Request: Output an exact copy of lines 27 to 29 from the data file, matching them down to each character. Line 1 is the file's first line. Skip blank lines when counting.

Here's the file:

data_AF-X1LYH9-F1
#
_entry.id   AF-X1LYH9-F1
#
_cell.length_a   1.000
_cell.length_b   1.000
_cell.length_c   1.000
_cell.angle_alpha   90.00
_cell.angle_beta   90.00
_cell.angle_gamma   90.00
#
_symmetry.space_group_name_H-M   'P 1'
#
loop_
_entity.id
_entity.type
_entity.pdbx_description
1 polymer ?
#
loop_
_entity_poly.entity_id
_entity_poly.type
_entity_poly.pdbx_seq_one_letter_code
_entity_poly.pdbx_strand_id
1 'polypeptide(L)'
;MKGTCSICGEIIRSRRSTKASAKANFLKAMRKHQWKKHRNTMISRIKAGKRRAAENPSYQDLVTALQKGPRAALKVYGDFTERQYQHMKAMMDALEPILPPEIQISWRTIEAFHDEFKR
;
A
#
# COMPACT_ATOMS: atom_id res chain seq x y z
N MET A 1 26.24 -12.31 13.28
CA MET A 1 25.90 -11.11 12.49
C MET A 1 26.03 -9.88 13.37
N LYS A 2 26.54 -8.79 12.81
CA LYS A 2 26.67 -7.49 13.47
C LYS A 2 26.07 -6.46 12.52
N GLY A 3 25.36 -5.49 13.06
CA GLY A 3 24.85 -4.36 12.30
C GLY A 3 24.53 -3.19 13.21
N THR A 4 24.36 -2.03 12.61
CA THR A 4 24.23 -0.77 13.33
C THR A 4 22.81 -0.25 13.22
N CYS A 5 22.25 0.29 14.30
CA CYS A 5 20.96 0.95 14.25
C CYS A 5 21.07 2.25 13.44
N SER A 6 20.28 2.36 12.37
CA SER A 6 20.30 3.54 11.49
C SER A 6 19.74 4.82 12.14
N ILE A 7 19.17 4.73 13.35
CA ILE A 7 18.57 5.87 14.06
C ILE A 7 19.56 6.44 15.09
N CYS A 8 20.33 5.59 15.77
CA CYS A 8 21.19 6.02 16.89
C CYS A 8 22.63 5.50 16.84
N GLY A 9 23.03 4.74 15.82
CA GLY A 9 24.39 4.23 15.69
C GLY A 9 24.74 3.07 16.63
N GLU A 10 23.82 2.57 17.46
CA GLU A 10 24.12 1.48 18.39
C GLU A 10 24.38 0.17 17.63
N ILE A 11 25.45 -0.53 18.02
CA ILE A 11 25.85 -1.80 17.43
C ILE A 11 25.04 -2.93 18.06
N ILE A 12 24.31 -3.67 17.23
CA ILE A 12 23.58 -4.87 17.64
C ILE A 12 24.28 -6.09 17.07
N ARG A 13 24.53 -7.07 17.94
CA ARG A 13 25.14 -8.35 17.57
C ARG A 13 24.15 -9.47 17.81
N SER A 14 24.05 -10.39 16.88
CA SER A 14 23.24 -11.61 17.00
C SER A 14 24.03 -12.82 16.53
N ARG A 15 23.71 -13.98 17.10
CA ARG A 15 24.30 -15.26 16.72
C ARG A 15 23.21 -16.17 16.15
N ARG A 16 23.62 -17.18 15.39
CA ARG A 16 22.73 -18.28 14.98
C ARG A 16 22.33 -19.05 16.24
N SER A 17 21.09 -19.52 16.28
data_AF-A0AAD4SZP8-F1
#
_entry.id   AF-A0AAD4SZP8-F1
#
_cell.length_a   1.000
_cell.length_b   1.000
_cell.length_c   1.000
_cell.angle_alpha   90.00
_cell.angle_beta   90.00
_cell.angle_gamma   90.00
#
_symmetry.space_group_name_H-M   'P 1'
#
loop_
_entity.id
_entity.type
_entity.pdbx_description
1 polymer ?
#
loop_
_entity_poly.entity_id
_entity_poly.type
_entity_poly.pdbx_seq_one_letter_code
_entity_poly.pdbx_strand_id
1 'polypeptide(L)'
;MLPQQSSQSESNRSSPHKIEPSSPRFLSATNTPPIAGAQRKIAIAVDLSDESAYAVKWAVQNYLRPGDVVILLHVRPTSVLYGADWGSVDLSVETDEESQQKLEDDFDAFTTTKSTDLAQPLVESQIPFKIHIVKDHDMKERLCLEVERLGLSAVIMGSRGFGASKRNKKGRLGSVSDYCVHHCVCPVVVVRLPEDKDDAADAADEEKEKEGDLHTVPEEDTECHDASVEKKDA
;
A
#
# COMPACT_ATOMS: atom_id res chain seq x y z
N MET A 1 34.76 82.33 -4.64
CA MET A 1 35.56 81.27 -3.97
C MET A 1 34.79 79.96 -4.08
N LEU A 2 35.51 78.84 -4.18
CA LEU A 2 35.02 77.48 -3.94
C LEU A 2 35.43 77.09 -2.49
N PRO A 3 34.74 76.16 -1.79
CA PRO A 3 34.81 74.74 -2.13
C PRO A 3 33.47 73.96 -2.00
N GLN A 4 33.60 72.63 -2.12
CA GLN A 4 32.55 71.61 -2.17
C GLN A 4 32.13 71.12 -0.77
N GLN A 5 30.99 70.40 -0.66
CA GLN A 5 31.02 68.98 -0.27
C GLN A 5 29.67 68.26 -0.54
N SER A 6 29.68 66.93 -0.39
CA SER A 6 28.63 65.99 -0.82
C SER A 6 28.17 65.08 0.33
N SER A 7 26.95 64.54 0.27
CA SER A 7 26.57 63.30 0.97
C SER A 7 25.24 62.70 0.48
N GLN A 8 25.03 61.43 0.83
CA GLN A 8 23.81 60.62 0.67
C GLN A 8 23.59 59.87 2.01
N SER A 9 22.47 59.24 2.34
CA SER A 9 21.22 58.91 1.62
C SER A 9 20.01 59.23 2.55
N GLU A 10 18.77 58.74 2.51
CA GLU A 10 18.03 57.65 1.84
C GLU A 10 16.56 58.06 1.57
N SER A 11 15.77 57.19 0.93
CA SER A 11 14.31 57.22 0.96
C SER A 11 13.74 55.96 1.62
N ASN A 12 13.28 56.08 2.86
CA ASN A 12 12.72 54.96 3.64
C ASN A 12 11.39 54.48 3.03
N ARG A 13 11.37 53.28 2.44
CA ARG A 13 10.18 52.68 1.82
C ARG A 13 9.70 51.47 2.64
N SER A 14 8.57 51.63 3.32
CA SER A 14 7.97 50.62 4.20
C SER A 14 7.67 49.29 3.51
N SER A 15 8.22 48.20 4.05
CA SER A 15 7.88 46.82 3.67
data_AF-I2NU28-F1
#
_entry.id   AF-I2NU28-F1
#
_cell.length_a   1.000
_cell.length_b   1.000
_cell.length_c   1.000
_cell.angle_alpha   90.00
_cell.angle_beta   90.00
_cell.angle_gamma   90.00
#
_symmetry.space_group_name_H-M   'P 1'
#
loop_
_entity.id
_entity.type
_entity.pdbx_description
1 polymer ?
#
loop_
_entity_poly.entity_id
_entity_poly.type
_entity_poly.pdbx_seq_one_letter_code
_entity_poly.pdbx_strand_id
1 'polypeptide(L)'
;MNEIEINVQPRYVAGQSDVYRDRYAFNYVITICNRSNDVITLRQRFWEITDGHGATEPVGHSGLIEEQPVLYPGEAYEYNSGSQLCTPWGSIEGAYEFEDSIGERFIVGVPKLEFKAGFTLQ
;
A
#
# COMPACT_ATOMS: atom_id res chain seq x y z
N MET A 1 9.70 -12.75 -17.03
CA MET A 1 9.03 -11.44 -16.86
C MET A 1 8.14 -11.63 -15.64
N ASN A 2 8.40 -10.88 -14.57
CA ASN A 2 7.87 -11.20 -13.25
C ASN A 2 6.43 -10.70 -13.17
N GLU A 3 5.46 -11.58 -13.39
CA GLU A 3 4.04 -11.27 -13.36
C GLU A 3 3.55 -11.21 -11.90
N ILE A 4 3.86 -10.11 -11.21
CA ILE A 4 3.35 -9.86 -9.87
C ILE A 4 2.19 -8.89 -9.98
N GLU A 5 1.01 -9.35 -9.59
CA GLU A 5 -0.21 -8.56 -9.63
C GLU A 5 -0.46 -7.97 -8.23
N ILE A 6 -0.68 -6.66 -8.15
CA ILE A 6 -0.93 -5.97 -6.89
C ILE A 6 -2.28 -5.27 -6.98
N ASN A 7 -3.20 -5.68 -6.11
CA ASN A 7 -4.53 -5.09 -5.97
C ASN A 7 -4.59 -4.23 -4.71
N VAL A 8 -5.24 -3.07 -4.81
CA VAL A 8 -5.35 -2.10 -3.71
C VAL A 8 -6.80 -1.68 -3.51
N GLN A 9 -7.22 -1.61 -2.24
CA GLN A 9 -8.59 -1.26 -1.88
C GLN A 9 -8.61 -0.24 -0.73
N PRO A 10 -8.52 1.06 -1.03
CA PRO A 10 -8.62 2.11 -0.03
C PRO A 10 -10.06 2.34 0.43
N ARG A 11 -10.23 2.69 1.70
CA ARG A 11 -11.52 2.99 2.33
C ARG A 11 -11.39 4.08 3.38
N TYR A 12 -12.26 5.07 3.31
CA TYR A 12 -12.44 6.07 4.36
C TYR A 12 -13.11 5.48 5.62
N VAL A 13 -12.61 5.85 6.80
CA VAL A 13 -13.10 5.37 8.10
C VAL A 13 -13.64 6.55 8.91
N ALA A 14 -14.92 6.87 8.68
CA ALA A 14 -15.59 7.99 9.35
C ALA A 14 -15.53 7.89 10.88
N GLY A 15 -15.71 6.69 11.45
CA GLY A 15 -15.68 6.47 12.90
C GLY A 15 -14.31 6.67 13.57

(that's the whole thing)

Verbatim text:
;
A
#